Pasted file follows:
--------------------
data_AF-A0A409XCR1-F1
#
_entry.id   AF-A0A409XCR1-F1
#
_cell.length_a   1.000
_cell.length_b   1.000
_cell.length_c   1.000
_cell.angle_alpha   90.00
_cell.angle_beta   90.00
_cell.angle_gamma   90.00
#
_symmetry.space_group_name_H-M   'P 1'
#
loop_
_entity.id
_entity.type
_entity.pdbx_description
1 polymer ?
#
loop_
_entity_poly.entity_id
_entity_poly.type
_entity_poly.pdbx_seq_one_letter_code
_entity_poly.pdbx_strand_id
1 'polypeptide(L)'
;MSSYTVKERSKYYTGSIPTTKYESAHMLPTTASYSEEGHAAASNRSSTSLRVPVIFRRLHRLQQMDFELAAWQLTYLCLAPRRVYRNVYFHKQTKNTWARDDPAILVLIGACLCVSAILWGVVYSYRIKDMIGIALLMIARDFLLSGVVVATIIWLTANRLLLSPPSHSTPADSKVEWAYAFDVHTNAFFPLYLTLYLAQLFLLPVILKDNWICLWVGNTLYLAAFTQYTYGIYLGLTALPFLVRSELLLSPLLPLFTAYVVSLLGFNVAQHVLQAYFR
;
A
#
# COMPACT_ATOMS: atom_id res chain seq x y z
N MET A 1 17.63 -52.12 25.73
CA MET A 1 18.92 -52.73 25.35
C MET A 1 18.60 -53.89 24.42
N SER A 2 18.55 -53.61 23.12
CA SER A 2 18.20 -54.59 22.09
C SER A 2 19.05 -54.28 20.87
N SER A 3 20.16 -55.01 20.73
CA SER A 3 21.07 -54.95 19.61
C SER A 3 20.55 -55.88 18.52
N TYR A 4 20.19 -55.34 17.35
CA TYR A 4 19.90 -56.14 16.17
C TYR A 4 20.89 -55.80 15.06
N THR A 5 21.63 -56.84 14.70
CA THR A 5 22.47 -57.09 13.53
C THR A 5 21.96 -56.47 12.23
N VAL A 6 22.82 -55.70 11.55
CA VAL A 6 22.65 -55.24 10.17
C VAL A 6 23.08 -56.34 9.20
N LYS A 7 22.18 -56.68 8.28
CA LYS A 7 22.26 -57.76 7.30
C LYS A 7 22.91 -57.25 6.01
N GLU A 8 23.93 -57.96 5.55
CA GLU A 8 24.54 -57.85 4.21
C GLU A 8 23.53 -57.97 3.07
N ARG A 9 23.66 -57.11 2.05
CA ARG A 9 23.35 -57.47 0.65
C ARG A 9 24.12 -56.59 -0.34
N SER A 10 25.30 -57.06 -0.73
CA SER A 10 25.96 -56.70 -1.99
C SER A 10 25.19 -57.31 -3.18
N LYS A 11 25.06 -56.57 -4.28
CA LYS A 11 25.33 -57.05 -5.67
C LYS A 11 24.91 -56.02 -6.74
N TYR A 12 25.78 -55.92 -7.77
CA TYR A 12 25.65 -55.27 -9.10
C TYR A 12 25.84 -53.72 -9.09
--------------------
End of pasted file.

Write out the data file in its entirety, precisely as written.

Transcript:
data_AF-A0A409XCR1-F1
#
_entry.id   AF-A0A409XCR1-F1
#
_cell.length_a   1.000
_cell.length_b   1.000
_cell.length_c   1.000
_cell.angle_alpha   90.00
_cell.angle_beta   90.00
_cell.angle_gamma   90.00
#
_symmetry.space_group_name_H-M   'P 1'
#
loop_
_entity.id
_entity.type
_entity.pdbx_description
1 polymer ?
#
loop_
_entity_poly.entity_id
_entity_poly.type
_entity_poly.pdbx_seq_one_letter_code
_entity_poly.pdbx_strand_id
1 'polypeptide(L)'
;MSSYTVKERSKYYTGSIPTTKYESAHMLPTTASYSEEGHAAASNRSSTSLRVPVIFRRLHRLQQMDFELAAWQLTYLCLAPRRVYRNVYFHKQTKNTWARDDPAILVLIGACLCVSAILWGVVYSYRIKDMIGIALLMIARDFLLSGVVVATIIWLTANRLLLSPPSHSTPADSKVEWAYAFDVHTNAFFPLYLTLYLAQLFLLPVILKDNWICLWVGNTLYLAAFTQYTYGIYLGLTALPFLVRSELLLSPLLPLFTAYVVSLLGFNVAQHVLQAYFR
;
A
#
# COMPACT_ATOMS: atom_id res chain seq x y z
N MET A 1 17.63 -52.12 25.73
CA MET A 1 18.92 -52.73 25.35
C MET A 1 18.60 -53.89 24.42
N SER A 2 18.55 -53.61 23.12
CA SER A 2 18.20 -54.59 22.09
C SER A 2 19.05 -54.28 20.87
N SER A 3 20.16 -55.01 20.73
CA SER A 3 21.07 -54.95 19.61
C SER A 3 20.55 -55.88 18.52
N TYR A 4 20.19 -55.34 17.35
CA TYR A 4 19.90 -56.14 16.17
C TYR A 4 20.89 -55.80 15.06
N THR A 5 21.63 -56.84 14.70
CA THR A 5 22.47 -57.09 13.53
C THR A 5 21.96 -56.47 12.23
N VAL A 6 22.82 -55.70 11.55
CA VAL A 6 22.65 -55.24 10.17
C VAL A 6 23.08 -56.34 9.20
N LYS A 7 22.18 -56.68 8.28
CA LYS A 7 22.26 -57.76 7.30
C LYS A 7 22.91 -57.25 6.01
N GLU A 8 23.93 -57.96 5.55
CA GLU A 8 24.54 -57.85 4.21
C GLU A 8 23.53 -57.97 3.07
N ARG A 9 23.66 -57.11 2.05
CA ARG A 9 23.35 -57.47 0.65
C ARG A 9 24.12 -56.59 -0.34
N SER A 10 25.30 -57.06 -0.73
CA SER A 10 25.96 -56.70 -1.99
C SER A 10 25.19 -57.31 -3.18
N LYS A 11 25.06 -56.57 -4.28
CA LYS A 11 25.33 -57.05 -5.67
C LYS A 11 24.91 -56.02 -6.74
N TYR A 12 25.78 -55.92 -7.77
CA TYR A 12 25.65 -55.27 -9.10
C TYR A 12 25.84 -53.72 -9.09